Geoff Cox’s DVDs: Iron Man 3, Fast & Furious 6, 21 & Over

Robert Downey Jr in Iron Man 3
Robert Downey Jr in Iron Man 3

The armoured avenger is back on track in IRON MAN 3 (12: Walt Disney) by returning to basics after the disappointing first sequel.

This adventure, which sees the man-in-the-can hunt for the mastermind behind a series of bombings, boasts impressive CGI action and a substantial and involving story to match.

When a villain known as the Mandarin (a brilliant performance from Ben Kingsley) begins his terror campaign, Tony Stark (Robert Downey Jr) is attacked in his Malibu home and feared dead.

He soon realises the Mandarin has ties to Aldrich Killian (a superbly villainous Guy Pearce), a scientist from Stark’s past whose Extremis virus is being used to turn disabled war veterans into invincible super soldiers.

Director Shane Black and co-writer Drew Pearce fill the unpredictable plot with some smart surprises, breezy black humour and a great sense of fun.

And there’s no shortage of visual spectacle, with highlights including a wholesale trashing of Grauman’s Chinese Theatre, a breathtaking midair rescue and an explosive dockside climax.

> While there’s no doubting the technical proficiency of FAST & FURIOUS 6 (12: Universal), this street-racing series is showing signs of franchise fatigue.

In the fifth sequel, the cars and cast are transported to an unrecognisably traffic-free London for more tyre-squealing action.

Ex-con Vin Diesel and former cop and new father Paul Walker are tempted to bring their fugitive gang out of retirement for “one last job” when Dwayne Johnson’s federal agent promises them a pardon.

Between deafening set-pieces, ranging from an inventive and witty daylight tank chase on a Spanish motorway to a murky, confusing night-time assault on a hulking Russian cargo plane, the pit-stop banter falls clangingly flat.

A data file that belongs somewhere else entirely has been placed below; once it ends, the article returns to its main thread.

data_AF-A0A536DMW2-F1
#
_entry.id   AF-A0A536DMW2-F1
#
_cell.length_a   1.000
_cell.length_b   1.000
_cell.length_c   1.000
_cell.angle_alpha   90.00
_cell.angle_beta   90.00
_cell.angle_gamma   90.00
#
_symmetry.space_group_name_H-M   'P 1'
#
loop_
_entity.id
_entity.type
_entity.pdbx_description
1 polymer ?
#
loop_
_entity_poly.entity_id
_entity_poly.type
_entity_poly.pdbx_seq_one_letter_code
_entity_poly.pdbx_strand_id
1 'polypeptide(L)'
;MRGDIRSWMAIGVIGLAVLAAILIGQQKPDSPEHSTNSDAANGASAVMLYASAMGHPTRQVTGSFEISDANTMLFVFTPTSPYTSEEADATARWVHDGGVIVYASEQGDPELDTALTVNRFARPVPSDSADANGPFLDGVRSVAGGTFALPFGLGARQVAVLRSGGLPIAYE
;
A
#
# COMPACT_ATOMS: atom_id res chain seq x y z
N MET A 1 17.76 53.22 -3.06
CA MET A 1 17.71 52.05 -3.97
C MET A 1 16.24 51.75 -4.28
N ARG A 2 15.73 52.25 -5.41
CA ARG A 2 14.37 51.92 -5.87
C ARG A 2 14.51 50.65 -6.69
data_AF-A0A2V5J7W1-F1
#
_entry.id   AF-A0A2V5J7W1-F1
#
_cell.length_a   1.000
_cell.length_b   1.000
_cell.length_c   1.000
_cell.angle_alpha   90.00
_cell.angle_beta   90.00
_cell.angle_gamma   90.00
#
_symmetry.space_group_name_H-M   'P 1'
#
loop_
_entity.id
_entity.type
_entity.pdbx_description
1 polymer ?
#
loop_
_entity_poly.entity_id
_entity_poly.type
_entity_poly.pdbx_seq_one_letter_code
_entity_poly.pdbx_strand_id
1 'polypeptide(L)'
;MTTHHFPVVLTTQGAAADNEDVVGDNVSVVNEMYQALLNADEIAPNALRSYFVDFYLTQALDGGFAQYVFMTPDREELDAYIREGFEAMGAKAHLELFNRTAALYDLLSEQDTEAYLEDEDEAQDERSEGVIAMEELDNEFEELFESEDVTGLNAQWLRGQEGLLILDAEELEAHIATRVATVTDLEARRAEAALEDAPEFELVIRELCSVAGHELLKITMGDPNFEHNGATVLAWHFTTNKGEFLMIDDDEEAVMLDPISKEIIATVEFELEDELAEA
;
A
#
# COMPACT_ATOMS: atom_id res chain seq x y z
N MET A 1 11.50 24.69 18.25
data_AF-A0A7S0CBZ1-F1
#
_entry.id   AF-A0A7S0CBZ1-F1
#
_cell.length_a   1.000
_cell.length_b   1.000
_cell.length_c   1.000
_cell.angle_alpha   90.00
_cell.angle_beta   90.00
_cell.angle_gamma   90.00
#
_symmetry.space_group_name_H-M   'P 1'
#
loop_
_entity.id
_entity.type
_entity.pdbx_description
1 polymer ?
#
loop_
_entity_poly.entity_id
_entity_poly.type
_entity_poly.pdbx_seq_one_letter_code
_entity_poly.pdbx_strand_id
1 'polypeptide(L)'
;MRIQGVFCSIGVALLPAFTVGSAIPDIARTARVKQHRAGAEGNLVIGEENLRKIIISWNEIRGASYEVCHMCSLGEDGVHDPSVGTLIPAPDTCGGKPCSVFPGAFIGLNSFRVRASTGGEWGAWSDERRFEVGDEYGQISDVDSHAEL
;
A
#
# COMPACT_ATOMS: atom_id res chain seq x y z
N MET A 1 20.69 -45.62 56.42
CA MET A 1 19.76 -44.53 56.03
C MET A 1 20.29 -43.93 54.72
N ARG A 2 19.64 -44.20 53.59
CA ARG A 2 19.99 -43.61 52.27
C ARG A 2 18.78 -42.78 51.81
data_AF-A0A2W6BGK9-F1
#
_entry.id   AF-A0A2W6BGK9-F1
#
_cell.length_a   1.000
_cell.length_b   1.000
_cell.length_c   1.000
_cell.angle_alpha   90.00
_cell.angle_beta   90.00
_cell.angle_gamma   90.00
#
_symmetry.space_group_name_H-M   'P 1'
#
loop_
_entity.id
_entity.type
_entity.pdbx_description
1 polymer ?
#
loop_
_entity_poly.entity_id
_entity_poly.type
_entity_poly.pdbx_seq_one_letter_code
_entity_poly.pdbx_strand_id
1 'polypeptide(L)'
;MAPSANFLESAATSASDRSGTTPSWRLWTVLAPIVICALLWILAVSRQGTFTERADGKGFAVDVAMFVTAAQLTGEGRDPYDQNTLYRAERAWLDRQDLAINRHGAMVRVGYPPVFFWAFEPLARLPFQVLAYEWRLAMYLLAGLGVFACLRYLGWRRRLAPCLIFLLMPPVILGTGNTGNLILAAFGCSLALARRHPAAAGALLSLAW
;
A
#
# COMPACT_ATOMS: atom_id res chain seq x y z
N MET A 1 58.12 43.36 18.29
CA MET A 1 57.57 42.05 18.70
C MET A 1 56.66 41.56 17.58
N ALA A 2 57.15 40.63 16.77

Diesel’s low-rumbling platitudes about “family” and “the code” are barely audible, while Welshman Luke Evans’ ex-SAS baddie lacks boo-hiss villainy.

Yet a glimmer of hope is offered in the post-credits tease, which introduces a much better bet for the gang’s adversary in part seven.

> The Hangover’s screenwriters directed tiresome gross-out romp 21 & OVER (15: Momentum), in which there’s an eerie absence of funny lines and ideas.

This post-teen comedy plays a bit like Harold & Kumar and the depressing American Pie sequels, without the gags.

Miles Teller has the Seann William Scott role of the wisecracking party animal who coerces his more strait-laced buddy Casey (Skylar Astin) and their mutual friend Jeff Chang (Justin Chon) into an ill-advised night on the town.

The plan is to celebrate Jeff’s 21st birthday – and his official drinking age – despite the fact that Jeff’s crucial med exam is the next morning.

What could possibly go wrong?

Racial stereotype gags about Asians being super-overachievers are misjudged, though probably not more so than anything else in the movie.

Co-directors Scott Moore and Jon Lucas have substantial writing credits under their belts, but this dire campus comedy resembles an early script that they’ve dusted off.